Towards the end of the year 2019, two important events occurred which changed the course of events in the United Kingdom. First was the passing of the Benn Act which mandated that a deal has to be worked out with the European union first without which the Brexit date has to be extended; and the second was the Victory of Prime Minister Boris Johnson in the British general elections in the month of December 2019. One of the primary reasons for the adverse economic climate in the United Kingdom was on how the Brexit breakaway process will actually unfold. The uncertainty had taken a heavy toll as the businesses in the country which were unable to foresee what the future might entail. The lawmakers, on the other hand, were constantly in a state of disagreement with respect to the details of the draft deals successive governments introduced in the British parliament for debating, which led to the non-acceptance of three draft agreements during the period and the fall of the Theresa May Government. Boris Johnson, who had come to power in 2018 on the mandate of meeting the erstwhile Brexit deadline date of 31 October 2019 at any cost also negotiated a draft Brexit deal with the European Union officials though he was unable to meet the tentative deadline. Hence, he recommended the dissolution of the British parliament with the general elections scheduled to take place on 12 December 2019. The results of the general elections, however, gave Prime Minister Johnson a clear mandate paving the way of the passage of the draft bill that he has agreed with the European Union.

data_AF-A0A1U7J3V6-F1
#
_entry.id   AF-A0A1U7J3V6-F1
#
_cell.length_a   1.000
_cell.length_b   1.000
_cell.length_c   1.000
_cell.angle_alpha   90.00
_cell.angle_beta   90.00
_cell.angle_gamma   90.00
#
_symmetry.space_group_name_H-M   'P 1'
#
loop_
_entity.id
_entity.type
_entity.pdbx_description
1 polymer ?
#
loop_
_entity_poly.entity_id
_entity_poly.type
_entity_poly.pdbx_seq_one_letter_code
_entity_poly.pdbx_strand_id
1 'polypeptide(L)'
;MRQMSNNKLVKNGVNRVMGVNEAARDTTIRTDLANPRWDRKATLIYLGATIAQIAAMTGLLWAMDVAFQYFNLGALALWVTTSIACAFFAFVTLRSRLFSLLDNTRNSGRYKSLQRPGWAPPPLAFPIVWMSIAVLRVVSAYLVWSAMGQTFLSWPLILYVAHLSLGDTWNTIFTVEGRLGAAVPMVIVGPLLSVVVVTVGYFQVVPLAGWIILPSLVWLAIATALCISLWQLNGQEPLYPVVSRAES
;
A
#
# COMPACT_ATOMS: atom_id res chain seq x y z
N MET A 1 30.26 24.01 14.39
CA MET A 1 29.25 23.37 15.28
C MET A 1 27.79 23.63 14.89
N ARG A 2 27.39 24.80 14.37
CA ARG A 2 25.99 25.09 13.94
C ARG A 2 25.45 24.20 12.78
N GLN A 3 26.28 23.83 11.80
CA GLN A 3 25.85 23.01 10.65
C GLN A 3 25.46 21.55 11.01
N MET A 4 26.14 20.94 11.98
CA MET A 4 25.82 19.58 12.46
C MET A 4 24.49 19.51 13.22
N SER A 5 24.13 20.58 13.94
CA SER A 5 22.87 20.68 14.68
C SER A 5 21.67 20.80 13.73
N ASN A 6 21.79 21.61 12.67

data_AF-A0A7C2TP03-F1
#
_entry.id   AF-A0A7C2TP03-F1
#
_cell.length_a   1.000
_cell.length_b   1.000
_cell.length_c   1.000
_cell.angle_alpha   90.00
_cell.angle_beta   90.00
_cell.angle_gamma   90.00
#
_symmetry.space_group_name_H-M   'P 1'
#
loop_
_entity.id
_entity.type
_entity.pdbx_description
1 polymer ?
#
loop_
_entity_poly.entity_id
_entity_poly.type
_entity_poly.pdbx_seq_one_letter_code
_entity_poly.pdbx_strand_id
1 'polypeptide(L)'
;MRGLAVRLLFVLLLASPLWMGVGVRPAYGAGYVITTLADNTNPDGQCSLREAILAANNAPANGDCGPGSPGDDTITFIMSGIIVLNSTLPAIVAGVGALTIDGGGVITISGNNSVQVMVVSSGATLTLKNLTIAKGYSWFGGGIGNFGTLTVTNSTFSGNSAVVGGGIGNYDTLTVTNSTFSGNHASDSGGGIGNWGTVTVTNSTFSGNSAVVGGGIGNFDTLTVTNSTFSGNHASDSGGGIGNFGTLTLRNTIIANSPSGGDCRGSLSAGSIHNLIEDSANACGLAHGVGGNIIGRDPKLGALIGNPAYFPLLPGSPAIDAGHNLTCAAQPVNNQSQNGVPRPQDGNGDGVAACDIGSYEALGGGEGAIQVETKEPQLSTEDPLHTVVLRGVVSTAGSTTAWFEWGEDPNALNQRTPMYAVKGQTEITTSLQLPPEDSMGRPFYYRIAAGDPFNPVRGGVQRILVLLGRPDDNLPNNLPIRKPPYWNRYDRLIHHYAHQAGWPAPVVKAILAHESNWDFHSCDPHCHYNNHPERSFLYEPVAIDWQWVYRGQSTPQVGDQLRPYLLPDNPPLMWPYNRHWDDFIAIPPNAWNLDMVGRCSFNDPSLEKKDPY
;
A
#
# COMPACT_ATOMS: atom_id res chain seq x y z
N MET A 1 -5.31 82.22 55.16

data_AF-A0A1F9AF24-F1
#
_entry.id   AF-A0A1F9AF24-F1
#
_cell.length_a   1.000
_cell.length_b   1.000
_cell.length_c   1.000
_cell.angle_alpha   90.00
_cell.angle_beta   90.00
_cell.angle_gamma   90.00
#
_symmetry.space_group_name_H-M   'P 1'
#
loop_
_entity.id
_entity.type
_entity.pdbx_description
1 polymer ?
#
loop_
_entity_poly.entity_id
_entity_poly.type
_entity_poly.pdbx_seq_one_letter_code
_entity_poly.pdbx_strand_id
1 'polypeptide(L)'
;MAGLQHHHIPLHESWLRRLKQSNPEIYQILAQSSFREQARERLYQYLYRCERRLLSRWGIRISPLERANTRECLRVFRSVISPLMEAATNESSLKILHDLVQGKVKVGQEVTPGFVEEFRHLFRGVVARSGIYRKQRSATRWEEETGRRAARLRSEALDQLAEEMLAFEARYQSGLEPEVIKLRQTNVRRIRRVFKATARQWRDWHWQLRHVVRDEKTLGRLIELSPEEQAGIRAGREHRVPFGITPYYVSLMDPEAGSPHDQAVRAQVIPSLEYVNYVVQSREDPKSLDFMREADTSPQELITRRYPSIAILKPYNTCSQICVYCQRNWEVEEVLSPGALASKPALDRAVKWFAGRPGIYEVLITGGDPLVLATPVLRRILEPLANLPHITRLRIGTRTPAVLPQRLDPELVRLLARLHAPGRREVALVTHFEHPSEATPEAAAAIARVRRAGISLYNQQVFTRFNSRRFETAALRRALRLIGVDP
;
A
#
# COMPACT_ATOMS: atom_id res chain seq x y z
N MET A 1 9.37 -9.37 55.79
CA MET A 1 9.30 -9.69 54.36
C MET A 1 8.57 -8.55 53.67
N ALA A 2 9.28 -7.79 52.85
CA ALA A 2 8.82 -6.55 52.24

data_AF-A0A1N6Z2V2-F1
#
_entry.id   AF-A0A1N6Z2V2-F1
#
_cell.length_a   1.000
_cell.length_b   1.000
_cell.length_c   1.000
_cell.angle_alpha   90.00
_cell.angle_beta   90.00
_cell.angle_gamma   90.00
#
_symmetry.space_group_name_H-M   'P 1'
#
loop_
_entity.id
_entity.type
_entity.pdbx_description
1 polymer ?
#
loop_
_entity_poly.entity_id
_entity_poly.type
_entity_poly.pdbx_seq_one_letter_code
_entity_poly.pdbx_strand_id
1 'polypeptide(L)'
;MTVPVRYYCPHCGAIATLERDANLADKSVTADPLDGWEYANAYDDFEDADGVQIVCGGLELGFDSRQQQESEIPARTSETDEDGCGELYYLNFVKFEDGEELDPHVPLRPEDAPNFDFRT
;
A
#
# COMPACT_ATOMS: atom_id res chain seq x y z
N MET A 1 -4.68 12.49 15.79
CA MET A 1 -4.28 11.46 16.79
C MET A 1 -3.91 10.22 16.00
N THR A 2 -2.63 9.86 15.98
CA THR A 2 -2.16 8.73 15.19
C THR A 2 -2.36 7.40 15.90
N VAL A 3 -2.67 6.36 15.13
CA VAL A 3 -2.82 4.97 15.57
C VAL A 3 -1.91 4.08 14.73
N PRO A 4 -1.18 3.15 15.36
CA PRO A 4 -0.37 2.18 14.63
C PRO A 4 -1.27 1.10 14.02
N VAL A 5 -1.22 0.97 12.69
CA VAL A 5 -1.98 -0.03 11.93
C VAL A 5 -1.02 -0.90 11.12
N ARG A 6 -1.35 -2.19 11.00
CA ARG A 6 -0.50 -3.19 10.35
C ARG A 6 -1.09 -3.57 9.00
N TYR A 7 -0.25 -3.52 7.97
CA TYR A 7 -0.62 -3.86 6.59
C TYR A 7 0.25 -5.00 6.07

The chain of events thus started rolling with the passage of the Benn Act pushed the British economy into high gear, and many of the important economic indicators started to trend upwards. The consumer confidence index, house prices index, and hiring index all have started trading in the positive zone by the first half of December 2019. With the improvement in business activity, the expectations of the British businesses have also increased, who have now commenced to invest in future growth opportunities. Just prior to the general election date, the bank of England had conducted a stress test of most of the major banks in the country and had found that they were adequately capitalized and had sufficient funds with them to be able to see through any eventuality that Brexit might lead them into. This, perhaps, could have been an early sign that the industry was ready for a pick-up as soon as the general conditions improved in the country.

The increase in business activity in the financial services industry in the country is a testament to the above. The most important event that is expected to have the profound impact on the economic future of the country is yet to happen on 31 January 2020 when the United Kingdom formally exits the European Union. The headwinds then will dictate how the business is going to be for different industries in the United Kingdom in 2020 and beyond.